More than 16 million U.S. jobs depend on imports, according to a new study commissioned by the Consumer Electronics Association, the U.S. Chamber of Commerce, the National Retail Federation, and the American Apparel & Footwear Association.
The economic impact study, which was prepared by Laura M. Baughman and Joseph F. Francois of Trade Partnership Worldwide, had several key findings:
— More than half the firms that import directly are small businesses, employing fewer than 50 workers.
— Imports improve American families’ standard of living by ensuring a wide selection of budget-friendly goods from clothing and footwear to electronics and fresh fruits and vegetables.
— A large number of these import-related jobs are union jobs, and many are held by minorities and women.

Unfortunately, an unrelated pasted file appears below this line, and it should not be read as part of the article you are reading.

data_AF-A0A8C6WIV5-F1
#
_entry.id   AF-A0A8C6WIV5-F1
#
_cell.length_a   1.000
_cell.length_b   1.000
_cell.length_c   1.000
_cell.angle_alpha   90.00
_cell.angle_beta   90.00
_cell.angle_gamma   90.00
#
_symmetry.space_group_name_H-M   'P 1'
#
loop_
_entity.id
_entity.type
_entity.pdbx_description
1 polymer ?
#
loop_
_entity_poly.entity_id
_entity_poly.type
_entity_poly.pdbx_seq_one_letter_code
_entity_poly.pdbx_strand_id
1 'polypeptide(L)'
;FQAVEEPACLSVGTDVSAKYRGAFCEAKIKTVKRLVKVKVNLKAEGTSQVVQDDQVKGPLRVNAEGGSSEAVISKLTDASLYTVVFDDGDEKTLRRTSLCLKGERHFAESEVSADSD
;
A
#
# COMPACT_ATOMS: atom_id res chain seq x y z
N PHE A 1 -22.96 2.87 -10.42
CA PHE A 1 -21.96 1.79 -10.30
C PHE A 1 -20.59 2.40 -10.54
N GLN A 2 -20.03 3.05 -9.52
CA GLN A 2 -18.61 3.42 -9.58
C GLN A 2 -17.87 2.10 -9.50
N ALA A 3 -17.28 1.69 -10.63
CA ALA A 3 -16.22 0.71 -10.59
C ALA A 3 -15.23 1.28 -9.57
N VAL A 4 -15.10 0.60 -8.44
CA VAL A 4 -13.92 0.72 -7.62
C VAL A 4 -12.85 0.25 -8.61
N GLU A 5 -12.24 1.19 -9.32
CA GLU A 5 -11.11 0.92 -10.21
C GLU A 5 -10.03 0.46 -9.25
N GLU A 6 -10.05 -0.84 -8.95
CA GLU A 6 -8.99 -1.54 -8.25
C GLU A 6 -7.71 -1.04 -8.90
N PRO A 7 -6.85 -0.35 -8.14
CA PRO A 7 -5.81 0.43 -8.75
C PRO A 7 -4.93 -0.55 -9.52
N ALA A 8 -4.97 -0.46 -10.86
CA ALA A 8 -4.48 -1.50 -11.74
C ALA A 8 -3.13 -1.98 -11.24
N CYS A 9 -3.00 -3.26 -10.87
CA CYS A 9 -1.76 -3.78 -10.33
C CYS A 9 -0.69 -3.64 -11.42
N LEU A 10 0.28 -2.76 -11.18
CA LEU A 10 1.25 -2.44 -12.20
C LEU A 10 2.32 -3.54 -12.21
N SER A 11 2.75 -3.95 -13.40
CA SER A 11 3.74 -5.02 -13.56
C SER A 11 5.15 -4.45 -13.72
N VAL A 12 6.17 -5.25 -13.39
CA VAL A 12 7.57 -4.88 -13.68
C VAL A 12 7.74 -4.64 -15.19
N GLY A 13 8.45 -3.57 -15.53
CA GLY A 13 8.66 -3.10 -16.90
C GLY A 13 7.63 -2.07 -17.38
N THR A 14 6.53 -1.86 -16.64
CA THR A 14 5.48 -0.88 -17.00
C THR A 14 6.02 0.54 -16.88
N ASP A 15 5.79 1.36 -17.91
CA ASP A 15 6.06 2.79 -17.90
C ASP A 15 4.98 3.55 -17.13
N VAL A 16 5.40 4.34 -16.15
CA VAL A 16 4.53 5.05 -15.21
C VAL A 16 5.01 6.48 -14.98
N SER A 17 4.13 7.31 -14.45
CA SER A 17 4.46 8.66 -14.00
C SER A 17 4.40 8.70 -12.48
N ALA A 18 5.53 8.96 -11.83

— American manufacturers and farmers rely on imports of raw materials and intermediate goods to lower their production costs and stay competitive in domestic and international markets. Factories and farms purchase more than 60 percent of U.S. imports.
— Imports generate exports. The United States is integrated into international supply chains so that even U.S. imports contain U.S. exports, particularly those generated in high-skilled and capital-intensive stages of production such as R&D and design.
The study employed a widely used computable general equilibrium economic model known as the Global Trade Analysis Project, which is maintained by a consortium of more than 30 international organizations and government agencies, including the U.S. International Trade Commission, World Trade Organization, the Organization for Economic Co-operation and Development, World Bank, and several U.S. government agencies.